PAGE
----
Former-QCT editor appointed new Director at CEDEC

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Photo: Ken Schankler

Michele Thibeau, new CEDEC Director

Michèle Thibeau spent 10 years working for the Chronicle-Telegraph, not realizing it was providing the perfect background for her latest endeavour.

"I spent almost a decade of my life learning the community," Thibeau, 40, said, later adding, "This job is a little more concrete... It's taking those contacts and bringing people around the table."

Thibeau last month was named Director of the Quebec Chaudière-Appalaches office of the Community Economic Development and Employability Committee last month.
"The great part about jumping into this job is that I know a lot of the people," she said.

That knowledge of the community was noted in CEDEC's announcement that she had been named to the position.

"In her previous employment as Assistant Editor of the Quebec Chronicle-Telegraph," according to the statement, "Michèle developed knowledge about the English-speaking community of (the) region and a wide network of contacts, including various businesses, entrepreneurs of all ages, organizations and government departments. In fact, Michèle recalls reporting on the birth of our organization and continued to report on activities that the QCA CEDEC was involved with until 2008.

"Michèle's background in education and theatre studies has also provided her opportunities to work in collaborative environments, and she's quite eager to apply all of this experience to her work with Community Table and the Quebec Chaudière-Appalaches CEDEC."
A former colleague at the QCT concurred with CEDEC's assessment.

"I don't know ‘the job,'" said Clive Meredith, who worked with Thibeau at the paper, "so I can't know what's involved. One thing I can tell you is that I'm pretty sure Michele Thibeau would fit into any job. I had the privilege of working alongside her for some years at the Chronicle-Telegraph. To say she's hard-working is to understate. Her dedication to the Chronicle knew no bounds. She's sociable, perfectly at ease with anyone she meets...I think that about sums it up. They're damn lucky to have her!"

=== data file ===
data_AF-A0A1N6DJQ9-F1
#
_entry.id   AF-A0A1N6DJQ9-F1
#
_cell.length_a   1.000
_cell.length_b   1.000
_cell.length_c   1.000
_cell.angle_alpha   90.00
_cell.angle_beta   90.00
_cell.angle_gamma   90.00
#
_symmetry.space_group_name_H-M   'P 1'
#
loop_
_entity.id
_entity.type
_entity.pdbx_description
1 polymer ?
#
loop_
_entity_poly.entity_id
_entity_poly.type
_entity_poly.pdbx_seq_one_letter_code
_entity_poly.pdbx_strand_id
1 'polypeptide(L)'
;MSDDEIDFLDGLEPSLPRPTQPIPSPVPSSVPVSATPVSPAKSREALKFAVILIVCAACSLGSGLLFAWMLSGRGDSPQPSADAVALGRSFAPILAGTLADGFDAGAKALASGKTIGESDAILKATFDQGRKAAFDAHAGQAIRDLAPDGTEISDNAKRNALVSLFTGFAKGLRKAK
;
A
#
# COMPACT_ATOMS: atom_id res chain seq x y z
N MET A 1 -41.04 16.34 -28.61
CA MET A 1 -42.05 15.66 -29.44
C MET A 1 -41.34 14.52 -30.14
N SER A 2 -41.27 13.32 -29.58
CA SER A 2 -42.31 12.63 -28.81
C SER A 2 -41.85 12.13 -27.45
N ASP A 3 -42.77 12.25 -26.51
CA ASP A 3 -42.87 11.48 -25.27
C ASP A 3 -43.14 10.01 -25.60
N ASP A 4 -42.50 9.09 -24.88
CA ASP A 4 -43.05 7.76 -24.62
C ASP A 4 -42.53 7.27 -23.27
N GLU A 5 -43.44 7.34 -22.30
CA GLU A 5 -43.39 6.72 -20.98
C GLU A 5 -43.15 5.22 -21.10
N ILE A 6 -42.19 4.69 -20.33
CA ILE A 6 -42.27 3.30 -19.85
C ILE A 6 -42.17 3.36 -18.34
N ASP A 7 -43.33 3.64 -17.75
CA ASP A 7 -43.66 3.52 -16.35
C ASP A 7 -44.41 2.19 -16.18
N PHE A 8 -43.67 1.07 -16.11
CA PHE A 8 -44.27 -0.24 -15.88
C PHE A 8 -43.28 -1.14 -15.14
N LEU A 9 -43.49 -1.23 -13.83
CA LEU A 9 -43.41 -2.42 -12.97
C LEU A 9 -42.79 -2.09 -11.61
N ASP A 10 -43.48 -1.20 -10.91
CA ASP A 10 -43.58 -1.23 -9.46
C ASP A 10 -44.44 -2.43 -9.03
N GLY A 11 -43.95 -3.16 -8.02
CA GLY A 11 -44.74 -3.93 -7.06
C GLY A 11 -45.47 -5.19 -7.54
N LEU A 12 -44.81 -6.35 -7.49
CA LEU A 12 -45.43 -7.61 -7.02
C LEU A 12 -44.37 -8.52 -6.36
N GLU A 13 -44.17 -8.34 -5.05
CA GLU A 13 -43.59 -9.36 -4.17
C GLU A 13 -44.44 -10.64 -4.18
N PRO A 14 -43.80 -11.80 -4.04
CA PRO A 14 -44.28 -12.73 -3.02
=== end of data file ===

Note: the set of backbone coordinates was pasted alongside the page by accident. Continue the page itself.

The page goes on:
Thibeau said her new job bears some strong similarities to her old one.

"I'm paid to network," she said, "to find out who's doing what in the community."

In this instance, though, what she does with those contacts differs markedly from her responsibilities at the paper.

"We're like a bridge," she said. "We're just helping people to connect... to bring people together."

"It's a different sort of pace," said Thibeau, who applied for the job before Christmas after learning it was up for grabs and who is qualified to teach English as Second Language. She taught as a substitute at Quebec High School last fall. "But I'm still doing the same sort of things."

Thibeau, an Acadian on both sides of her family who learned both French and English simultaneously while growing up in Nova Scotia, took right away to her surroundings here.

"I love this community. I love Quebec City... It just took me by the heart."

As for her new job, she said there will be some things she will have to learn on the fly.

"I'm not afraid to make mistakes," she said, "but I feel very well supported in this milieu."